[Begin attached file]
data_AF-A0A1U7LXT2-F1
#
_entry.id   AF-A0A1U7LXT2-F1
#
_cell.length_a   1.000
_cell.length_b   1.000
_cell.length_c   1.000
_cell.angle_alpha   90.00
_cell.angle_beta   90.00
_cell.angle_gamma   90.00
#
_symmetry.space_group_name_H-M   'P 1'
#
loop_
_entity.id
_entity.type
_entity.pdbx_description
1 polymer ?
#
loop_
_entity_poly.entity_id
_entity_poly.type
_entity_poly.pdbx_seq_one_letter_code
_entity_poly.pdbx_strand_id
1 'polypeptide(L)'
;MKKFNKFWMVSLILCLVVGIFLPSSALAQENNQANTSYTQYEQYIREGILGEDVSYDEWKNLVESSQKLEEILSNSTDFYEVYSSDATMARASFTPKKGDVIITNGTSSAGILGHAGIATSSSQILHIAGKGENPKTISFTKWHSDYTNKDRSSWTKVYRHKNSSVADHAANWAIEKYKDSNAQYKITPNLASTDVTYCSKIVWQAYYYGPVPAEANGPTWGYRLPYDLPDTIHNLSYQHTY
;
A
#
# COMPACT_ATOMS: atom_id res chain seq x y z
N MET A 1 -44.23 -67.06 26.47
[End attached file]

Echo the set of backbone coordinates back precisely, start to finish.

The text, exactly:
data_AF-A0A1U7LXT2-F1
#
_entry.id   AF-A0A1U7LXT2-F1
#
_cell.length_a   1.000
_cell.length_b   1.000
_cell.length_c   1.000
_cell.angle_alpha   90.00
_cell.angle_beta   90.00
_cell.angle_gamma   90.00
#
_symmetry.space_group_name_H-M   'P 1'
#
loop_
_entity.id
_entity.type
_entity.pdbx_description
1 polymer ?
#
loop_
_entity_poly.entity_id
_entity_poly.type
_entity_poly.pdbx_seq_one_letter_code
_entity_poly.pdbx_strand_id
1 'polypeptide(L)'
;MKKFNKFWMVSLILCLVVGIFLPSSALAQENNQANTSYTQYEQYIREGILGEDVSYDEWKNLVESSQKLEEILSNSTDFYEVYSSDATMARASFTPKKGDVIITNGTSSAGILGHAGIATSSSQILHIAGKGENPKTISFTKWHSDYTNKDRSSWTKVYRHKNSSVADHAANWAIEKYKDSNAQYKITPNLASTDVTYCSKIVWQAYYYGPVPAEANGPTWGYRLPYDLPDTIHNLSYQHTY
;
A
#
# COMPACT_ATOMS: atom_id res chain seq x y z
N MET A 1 -44.23 -67.06 26.47